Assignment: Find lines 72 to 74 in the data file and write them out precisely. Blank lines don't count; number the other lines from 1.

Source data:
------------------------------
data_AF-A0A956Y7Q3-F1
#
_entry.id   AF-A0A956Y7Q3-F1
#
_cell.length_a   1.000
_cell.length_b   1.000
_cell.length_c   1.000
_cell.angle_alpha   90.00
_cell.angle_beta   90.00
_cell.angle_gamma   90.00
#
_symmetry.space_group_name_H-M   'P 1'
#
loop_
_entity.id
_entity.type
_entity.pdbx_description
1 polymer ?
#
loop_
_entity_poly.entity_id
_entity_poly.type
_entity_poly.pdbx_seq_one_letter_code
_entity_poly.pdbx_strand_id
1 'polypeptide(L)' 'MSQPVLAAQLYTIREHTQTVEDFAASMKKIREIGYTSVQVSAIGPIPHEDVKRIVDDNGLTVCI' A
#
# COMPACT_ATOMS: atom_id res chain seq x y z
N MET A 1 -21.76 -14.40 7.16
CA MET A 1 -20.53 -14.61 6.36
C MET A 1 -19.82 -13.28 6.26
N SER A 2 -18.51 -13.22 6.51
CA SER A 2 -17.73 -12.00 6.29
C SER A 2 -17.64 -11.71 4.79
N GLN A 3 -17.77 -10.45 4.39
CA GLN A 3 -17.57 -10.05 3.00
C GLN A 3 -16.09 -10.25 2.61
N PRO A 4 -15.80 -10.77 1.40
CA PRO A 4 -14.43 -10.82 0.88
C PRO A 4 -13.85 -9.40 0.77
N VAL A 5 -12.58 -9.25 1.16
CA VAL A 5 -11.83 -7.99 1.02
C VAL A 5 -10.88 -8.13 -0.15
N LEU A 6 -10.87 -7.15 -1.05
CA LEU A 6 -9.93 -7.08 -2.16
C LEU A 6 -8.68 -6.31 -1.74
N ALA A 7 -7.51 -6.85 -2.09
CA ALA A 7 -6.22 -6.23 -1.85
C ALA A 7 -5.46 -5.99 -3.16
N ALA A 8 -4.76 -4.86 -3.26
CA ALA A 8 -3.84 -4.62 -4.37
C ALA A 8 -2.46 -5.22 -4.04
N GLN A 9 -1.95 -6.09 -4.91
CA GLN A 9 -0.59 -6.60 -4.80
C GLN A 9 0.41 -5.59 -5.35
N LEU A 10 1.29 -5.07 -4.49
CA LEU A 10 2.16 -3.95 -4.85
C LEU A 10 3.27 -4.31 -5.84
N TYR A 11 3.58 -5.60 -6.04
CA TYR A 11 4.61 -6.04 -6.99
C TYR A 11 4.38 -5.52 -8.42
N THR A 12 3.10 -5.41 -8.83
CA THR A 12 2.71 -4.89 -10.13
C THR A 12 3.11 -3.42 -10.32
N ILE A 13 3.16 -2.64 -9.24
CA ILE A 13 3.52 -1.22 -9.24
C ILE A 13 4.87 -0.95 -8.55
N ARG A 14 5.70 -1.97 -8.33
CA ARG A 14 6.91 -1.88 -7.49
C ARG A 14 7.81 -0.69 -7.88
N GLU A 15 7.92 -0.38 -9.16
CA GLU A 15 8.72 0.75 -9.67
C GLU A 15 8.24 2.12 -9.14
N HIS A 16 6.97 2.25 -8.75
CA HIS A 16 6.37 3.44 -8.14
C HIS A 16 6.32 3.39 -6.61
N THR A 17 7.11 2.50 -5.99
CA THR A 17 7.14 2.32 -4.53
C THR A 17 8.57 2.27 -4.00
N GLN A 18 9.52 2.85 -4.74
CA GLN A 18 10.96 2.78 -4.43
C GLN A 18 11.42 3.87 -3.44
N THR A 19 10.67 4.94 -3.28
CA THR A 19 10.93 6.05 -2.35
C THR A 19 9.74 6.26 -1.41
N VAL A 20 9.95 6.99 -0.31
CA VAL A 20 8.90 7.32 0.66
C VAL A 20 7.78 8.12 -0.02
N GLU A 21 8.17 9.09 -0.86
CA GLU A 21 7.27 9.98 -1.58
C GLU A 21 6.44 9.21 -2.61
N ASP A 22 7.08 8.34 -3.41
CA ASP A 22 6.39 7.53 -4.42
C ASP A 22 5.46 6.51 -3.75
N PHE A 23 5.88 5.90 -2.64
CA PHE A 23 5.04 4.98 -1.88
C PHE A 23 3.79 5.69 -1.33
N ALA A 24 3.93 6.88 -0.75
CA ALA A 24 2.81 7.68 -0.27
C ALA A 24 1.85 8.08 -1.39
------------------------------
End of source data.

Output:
C GLU A 15 8.24 2.12 -9.14
N HIS A 16 6.97 2.25 -8.75
CA HIS A 16 6.37 3.44 -8.14